EU foreign ministers visit Kyiv for historic meeting despite support for Ukraine waning across the West

In this photo distributed by Dmytro Kuleba's X account on Monday, Oct. 2, 2023, Ukrainian Foreign Minister Dmytro Kuleba, left, and EU High Representative for Foreign Affairs Josep Borrell shake hands at the opening of the informal EU Foreign Ministers meeting in Kyiv, Ukraine. (Dmytro Kuleba X account via AP)
By Thomas Brooke
3 Min Read

EU foreign ministers convened in Kyiv on Monday morning to express the bloc’s continued solidarity for war-torn Ukraine in its efforts to dispel Russian invaders.

It marked the first time a meeting between foreign ministers of the bloc’s national governments met outside of the European Union, which showed the bloc’s future support for Ukraine’s EU membership.

“We are convening a historic meeting of EU Foreign Ministers here in Ukraine, candidate country and future member of the EU,” the bloc’s top diplomat, Josep Borrell, posted on X, formerly Twitter.

“We are here to express our solidarity and support to the Ukrainian people,” he added.

“For the first time in history, outside current EU borders, but also within its future borders,” said Ukraine’s Foreign Minister Dmytro Kuleba ahead of the talks.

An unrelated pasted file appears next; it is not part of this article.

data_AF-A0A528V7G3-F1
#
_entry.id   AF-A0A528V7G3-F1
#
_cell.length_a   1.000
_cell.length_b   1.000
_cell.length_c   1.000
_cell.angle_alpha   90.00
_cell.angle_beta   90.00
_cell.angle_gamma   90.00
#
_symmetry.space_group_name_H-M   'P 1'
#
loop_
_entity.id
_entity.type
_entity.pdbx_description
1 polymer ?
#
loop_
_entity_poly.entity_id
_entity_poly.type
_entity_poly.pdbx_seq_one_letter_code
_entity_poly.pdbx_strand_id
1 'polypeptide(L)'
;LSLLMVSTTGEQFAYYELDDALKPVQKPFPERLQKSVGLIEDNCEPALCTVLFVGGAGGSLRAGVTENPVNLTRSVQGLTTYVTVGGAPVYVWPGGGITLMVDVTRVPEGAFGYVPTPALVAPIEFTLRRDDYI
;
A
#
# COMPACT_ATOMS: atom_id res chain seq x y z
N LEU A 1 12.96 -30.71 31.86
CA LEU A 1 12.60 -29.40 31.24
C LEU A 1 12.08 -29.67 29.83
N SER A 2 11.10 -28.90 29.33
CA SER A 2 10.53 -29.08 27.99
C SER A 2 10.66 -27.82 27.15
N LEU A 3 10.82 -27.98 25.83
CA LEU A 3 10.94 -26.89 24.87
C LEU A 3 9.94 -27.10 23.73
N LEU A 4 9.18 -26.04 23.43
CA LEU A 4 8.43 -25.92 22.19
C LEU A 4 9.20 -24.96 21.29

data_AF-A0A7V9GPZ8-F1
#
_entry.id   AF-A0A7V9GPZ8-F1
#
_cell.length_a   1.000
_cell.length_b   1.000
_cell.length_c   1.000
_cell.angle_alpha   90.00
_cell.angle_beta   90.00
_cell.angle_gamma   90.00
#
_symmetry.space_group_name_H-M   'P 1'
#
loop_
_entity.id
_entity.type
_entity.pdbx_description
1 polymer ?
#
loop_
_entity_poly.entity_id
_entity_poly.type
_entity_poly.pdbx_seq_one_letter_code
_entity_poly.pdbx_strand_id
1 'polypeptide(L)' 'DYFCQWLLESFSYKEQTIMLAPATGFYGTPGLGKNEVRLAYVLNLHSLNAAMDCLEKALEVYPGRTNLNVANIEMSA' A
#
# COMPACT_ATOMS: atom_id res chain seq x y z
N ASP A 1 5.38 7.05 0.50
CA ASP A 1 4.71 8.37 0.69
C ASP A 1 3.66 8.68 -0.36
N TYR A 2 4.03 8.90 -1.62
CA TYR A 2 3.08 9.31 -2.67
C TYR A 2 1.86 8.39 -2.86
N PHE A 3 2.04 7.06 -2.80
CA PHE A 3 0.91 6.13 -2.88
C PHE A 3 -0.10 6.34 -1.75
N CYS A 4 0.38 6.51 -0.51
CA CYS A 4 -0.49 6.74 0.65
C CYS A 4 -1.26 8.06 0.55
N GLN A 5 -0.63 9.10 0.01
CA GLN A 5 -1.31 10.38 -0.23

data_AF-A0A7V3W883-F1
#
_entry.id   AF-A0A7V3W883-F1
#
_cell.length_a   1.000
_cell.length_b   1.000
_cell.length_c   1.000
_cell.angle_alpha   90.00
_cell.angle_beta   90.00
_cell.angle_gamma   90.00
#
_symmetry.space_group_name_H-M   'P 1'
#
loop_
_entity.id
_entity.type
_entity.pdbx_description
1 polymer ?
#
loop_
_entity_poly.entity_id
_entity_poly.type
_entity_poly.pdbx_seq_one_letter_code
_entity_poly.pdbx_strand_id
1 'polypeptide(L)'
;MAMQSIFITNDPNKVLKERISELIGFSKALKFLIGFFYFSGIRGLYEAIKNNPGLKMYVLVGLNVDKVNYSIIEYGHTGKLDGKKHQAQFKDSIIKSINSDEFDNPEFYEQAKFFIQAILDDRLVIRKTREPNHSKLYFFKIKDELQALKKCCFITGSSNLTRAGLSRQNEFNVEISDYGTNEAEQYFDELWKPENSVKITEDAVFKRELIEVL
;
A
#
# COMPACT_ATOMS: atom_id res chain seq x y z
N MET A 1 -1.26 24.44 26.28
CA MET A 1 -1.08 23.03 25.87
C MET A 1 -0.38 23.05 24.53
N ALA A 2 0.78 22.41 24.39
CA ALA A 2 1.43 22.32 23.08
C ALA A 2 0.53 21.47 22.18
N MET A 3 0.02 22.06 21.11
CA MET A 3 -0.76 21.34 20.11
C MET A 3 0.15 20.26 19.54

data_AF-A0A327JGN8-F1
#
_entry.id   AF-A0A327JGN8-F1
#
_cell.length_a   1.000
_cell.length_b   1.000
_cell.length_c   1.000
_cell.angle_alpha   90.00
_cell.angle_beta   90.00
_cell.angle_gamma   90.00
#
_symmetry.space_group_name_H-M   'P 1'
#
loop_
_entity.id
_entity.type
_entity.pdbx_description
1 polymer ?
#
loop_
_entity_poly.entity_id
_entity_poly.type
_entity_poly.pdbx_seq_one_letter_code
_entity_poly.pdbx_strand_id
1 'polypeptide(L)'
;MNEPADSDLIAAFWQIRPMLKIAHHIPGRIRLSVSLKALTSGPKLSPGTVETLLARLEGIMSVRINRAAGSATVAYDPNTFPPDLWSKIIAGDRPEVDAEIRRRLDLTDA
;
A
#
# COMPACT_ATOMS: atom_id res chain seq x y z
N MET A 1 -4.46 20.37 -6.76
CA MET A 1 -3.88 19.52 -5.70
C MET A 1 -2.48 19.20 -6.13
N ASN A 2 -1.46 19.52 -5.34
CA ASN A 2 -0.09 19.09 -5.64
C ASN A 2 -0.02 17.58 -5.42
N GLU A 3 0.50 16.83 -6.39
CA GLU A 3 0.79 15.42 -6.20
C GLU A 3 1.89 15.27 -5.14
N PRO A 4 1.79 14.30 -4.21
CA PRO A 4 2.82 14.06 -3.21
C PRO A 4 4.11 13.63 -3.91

The meeting comes after a number of incidents that hinted at the West’s fatigued support for the country.

On Sunday, former prime minister Robert Fico won the most votes in neighboring Slovakia’s general election, giving him the first opportunity to form a coalition government. Fico’s SMER party secured nearly 23 percent of the vote running on a ticket of refusing to send “a single round” of ammunition more to Kyiv.

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Fico’s stance is consistent with other Visegrád nations, namely, Hungary and Poland, who have now both vowed to focus on their own rearmament and refrain from backing Ukraine militarily.

Support also appeared to be waning across the Atlantic over the weekend as the U.S. Congress excluded Ukraine funds from an emergency spending deal. Kuleba told reporters ahead of the EU meeting on Monday that he remained confident of U.S. support in the ongoing conflict with Russia.

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“We don’t feel that the U.S support has been shattered… because the United States understands that what is at stake in Ukraine is much bigger than just Ukraine,” he said.

Despite the political support from Brussels, a recent survey conducted regularly on behalf of the bloc showed that fewer Europeans fully back the continued financial and humanitarian support of Ukraine than at the start of the conflict.

According to the latest Eurobarometer data, unequivocal support for receiving Ukrainian refugees, imposing economic sanctions against Russia, and providing humanitarian aid to Kyiv has now dropped below a majority of EU citizens.

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